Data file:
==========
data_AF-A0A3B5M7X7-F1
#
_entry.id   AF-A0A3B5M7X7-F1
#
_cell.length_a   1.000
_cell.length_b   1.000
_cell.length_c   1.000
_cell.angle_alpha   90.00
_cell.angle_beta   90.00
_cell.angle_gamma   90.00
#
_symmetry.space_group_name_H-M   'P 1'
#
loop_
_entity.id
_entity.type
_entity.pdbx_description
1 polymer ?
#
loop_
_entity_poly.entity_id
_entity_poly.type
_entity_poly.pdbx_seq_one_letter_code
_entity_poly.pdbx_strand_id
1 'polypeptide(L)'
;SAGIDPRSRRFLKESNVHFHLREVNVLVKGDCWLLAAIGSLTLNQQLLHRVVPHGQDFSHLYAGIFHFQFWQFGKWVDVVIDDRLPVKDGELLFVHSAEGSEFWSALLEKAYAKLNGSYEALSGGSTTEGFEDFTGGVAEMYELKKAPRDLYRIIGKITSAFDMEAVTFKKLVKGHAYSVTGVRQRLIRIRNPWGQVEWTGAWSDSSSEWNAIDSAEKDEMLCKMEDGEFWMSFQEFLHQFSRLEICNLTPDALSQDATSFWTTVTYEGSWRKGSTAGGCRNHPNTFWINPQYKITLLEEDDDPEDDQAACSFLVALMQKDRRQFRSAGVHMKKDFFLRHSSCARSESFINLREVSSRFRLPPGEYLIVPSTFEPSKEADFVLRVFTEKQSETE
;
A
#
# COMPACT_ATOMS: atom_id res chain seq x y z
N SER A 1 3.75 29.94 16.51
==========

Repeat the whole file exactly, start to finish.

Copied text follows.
data_AF-A0A3B5M7X7-F1
#
_entry.id   AF-A0A3B5M7X7-F1
#
_cell.length_a   1.000
_cell.length_b   1.000
_cell.length_c   1.000
_cell.angle_alpha   90.00
_cell.angle_beta   90.00
_cell.angle_gamma   90.00
#
_symmetry.space_group_name_H-M   'P 1'
#
loop_
_entity.id
_entity.type
_entity.pdbx_description
1 polymer ?
#
loop_
_entity_poly.entity_id
_entity_poly.type
_entity_poly.pdbx_seq_one_letter_code
_entity_poly.pdbx_strand_id
1 'polypeptide(L)'
;SAGIDPRSRRFLKESNVHFHLREVNVLVKGDCWLLAAIGSLTLNQQLLHRVVPHGQDFSHLYAGIFHFQFWQFGKWVDVVIDDRLPVKDGELLFVHSAEGSEFWSALLEKAYAKLNGSYEALSGGSTTEGFEDFTGGVAEMYELKKAPRDLYRIIGKITSAFDMEAVTFKKLVKGHAYSVTGVRQRLIRIRNPWGQVEWTGAWSDSSSEWNAIDSAEKDEMLCKMEDGEFWMSFQEFLHQFSRLEICNLTPDALSQDATSFWTTVTYEGSWRKGSTAGGCRNHPNTFWINPQYKITLLEEDDDPEDDQAACSFLVALMQKDRRQFRSAGVHMKKDFFLRHSSCARSESFINLREVSSRFRLPPGEYLIVPSTFEPSKEADFVLRVFTEKQSETE
;
A
#
# COMPACT_ATOMS: atom_id res chain seq x y z
N SER A 1 3.75 29.94 16.51